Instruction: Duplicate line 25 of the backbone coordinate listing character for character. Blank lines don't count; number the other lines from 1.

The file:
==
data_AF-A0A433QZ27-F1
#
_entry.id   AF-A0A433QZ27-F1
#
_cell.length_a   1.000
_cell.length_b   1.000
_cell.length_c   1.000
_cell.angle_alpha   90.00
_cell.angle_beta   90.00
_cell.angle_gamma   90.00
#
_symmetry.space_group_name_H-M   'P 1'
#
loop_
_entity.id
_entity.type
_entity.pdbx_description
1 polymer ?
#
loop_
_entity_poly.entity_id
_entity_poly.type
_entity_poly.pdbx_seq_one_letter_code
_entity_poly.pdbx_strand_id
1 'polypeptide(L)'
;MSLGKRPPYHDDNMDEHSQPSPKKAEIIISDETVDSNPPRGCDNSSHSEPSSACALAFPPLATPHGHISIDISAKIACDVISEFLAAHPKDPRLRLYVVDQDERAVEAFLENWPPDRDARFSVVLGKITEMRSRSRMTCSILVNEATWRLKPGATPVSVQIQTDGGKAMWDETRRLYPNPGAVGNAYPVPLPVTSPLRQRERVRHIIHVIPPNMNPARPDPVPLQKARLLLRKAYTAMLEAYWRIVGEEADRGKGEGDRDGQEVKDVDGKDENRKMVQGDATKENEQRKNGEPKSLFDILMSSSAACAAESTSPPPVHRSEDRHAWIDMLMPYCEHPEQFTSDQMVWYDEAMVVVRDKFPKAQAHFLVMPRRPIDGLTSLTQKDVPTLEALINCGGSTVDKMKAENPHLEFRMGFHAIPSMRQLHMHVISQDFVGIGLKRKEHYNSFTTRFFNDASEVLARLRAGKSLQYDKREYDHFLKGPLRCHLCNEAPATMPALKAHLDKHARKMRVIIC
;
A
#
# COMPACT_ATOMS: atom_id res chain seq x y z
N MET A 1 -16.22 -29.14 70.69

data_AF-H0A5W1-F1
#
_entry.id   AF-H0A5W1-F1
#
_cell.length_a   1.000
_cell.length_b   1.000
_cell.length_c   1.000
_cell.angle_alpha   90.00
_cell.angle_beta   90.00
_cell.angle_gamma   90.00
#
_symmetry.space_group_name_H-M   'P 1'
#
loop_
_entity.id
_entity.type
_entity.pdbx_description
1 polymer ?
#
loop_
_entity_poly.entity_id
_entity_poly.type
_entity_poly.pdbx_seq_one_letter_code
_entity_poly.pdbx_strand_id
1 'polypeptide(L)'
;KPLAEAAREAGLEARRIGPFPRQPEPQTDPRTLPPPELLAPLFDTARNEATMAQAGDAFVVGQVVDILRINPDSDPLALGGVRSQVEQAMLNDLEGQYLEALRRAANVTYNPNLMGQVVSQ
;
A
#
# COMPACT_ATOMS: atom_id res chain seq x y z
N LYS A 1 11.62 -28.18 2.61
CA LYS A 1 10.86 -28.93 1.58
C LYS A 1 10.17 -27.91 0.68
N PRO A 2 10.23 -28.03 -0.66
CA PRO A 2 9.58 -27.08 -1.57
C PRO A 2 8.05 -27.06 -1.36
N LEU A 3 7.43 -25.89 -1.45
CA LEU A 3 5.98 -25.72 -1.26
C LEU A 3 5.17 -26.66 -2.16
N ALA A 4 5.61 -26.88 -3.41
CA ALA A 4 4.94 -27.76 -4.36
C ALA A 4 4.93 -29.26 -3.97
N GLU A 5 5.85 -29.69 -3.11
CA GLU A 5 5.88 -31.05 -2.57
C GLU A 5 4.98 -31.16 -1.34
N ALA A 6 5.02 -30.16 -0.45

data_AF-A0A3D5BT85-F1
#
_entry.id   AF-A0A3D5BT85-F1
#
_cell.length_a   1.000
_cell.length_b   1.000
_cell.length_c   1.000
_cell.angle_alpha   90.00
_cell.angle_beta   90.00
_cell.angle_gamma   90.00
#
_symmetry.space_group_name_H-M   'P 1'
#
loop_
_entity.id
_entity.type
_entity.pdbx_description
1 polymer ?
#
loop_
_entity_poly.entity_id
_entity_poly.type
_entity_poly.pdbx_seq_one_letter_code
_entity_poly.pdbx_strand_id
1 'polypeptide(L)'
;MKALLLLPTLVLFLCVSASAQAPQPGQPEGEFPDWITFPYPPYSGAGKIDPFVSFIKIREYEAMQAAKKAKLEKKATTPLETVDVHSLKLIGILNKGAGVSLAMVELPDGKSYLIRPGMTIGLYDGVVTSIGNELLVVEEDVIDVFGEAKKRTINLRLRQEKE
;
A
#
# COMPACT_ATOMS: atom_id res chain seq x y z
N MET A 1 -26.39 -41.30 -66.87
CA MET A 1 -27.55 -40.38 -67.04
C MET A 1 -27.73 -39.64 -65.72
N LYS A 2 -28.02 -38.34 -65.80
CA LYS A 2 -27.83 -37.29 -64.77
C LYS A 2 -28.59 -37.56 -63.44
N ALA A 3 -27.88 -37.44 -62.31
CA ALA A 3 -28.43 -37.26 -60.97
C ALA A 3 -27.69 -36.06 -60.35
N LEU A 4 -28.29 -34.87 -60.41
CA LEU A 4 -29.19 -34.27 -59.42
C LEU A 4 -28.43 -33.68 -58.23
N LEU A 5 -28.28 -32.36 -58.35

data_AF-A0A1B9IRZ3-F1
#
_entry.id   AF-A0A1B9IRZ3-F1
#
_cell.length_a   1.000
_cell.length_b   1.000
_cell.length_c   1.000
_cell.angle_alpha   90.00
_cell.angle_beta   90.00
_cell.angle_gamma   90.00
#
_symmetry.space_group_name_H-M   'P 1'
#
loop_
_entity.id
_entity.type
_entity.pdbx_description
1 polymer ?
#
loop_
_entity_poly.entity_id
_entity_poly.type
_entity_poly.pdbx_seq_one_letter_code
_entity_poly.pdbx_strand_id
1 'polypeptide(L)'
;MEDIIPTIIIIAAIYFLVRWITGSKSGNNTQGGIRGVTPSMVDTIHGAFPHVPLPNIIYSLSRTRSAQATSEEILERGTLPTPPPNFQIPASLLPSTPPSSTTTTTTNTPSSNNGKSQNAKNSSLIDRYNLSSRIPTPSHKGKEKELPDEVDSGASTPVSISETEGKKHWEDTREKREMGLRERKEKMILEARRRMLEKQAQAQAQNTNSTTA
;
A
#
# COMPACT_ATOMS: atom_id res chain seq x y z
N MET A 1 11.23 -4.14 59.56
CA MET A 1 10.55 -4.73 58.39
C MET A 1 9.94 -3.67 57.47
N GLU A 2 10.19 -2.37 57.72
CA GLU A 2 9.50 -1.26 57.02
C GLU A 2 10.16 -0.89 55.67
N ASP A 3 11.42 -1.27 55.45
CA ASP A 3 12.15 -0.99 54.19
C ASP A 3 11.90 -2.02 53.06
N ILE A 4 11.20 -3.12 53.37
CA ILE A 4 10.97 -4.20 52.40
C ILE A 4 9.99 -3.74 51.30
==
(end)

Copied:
1 'polypeptide(L)'